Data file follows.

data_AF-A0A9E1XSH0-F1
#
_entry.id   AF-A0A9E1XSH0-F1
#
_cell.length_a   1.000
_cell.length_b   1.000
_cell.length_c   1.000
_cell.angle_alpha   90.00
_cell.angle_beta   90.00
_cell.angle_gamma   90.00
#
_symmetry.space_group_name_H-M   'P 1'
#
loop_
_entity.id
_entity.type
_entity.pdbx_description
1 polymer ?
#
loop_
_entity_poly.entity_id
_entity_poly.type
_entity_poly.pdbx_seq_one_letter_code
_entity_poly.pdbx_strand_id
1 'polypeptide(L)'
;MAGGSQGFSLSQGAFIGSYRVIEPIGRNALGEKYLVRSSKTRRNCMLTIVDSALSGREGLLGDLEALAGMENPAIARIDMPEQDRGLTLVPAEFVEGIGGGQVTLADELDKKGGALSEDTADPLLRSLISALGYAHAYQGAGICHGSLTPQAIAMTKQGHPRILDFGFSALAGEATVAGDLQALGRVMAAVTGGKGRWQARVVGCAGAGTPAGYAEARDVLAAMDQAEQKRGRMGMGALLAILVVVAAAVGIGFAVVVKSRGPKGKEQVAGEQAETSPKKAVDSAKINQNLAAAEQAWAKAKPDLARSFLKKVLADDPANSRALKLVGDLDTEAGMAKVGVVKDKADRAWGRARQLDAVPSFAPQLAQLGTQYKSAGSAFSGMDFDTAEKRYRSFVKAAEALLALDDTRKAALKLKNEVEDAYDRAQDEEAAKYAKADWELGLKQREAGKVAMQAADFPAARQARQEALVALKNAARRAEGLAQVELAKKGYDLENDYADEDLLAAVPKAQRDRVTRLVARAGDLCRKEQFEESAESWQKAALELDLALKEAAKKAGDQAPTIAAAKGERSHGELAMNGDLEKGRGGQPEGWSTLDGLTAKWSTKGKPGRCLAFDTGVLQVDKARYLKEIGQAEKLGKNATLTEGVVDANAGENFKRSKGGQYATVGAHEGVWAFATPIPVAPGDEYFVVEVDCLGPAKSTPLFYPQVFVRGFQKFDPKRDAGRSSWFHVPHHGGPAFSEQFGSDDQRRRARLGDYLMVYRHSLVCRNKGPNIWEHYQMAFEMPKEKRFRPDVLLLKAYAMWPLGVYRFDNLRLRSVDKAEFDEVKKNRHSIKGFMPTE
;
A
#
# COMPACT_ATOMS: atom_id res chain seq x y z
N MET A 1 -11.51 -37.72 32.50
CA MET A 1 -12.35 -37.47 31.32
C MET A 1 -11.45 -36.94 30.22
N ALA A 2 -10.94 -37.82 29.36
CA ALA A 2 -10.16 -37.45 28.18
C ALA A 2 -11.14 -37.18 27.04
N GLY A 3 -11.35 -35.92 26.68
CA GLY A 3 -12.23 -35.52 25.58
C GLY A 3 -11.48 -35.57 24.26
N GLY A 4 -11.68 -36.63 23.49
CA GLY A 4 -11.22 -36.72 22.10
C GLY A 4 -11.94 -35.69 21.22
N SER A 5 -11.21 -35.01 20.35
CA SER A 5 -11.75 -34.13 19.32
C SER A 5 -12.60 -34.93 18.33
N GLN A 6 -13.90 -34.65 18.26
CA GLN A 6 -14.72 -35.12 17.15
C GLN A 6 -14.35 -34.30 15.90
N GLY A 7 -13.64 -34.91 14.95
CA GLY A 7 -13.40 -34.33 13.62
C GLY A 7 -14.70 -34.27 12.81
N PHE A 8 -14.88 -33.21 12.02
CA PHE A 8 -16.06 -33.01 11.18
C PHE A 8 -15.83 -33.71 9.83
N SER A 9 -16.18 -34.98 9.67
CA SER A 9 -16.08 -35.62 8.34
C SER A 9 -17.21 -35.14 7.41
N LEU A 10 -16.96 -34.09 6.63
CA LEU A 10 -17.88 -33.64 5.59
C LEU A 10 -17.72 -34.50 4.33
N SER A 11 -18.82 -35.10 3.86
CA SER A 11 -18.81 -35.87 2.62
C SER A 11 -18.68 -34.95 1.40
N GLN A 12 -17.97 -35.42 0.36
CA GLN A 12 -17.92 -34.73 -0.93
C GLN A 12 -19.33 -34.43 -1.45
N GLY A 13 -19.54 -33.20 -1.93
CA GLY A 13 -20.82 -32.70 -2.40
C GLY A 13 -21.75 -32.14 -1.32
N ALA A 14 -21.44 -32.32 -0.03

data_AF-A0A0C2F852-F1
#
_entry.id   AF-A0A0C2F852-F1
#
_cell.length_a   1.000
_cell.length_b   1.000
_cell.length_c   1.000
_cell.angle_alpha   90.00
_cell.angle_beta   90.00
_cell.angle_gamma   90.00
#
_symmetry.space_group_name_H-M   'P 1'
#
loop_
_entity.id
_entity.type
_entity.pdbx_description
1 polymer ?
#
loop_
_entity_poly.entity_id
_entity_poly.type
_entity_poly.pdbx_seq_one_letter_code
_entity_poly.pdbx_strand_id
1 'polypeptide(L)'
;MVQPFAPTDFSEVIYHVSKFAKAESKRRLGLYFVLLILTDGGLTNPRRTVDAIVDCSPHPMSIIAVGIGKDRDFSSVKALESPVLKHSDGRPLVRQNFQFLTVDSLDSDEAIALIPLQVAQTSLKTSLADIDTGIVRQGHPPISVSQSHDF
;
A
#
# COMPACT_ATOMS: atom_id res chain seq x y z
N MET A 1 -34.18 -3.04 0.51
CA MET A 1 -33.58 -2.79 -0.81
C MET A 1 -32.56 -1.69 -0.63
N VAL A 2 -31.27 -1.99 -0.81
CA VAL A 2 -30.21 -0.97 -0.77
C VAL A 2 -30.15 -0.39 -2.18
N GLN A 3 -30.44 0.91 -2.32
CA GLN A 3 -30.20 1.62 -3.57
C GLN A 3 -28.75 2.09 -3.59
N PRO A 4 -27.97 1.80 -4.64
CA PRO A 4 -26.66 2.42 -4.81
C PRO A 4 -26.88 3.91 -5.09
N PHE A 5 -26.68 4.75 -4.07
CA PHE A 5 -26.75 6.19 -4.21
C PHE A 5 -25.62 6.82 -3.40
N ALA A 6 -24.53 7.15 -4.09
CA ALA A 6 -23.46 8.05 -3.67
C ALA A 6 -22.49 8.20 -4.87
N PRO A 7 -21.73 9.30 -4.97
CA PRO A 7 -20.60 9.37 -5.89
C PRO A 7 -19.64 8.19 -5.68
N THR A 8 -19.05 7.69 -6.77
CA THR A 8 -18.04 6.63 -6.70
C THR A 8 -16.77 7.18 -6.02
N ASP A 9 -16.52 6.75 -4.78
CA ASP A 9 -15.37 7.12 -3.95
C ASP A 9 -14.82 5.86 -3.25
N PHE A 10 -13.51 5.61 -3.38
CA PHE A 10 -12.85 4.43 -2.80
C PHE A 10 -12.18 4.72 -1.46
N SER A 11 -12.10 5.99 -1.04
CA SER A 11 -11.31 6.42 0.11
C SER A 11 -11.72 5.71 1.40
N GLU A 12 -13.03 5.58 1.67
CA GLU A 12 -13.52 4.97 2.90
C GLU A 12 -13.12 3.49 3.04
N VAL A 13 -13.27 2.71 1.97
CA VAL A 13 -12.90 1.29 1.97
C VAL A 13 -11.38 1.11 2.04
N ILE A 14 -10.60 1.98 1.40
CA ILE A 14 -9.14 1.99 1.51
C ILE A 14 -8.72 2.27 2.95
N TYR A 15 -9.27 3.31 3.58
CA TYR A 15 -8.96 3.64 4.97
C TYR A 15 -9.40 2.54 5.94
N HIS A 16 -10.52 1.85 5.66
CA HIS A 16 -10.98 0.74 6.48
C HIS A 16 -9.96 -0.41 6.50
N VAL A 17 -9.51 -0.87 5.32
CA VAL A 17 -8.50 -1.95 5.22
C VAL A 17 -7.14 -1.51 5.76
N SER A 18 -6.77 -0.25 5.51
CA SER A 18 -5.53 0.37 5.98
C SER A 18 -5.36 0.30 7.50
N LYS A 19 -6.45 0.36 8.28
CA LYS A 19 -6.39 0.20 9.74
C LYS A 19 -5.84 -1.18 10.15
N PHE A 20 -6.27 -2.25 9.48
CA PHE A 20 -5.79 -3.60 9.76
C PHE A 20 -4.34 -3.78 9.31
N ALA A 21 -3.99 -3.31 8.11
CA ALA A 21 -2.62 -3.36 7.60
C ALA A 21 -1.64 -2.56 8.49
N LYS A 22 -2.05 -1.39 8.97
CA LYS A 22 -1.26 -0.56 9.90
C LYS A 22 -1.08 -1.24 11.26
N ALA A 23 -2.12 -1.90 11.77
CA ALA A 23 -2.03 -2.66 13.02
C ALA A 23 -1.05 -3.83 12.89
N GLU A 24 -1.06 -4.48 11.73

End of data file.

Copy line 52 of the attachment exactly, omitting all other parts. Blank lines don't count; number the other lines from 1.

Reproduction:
N PHE A 8 -14.88 -33.21 12.02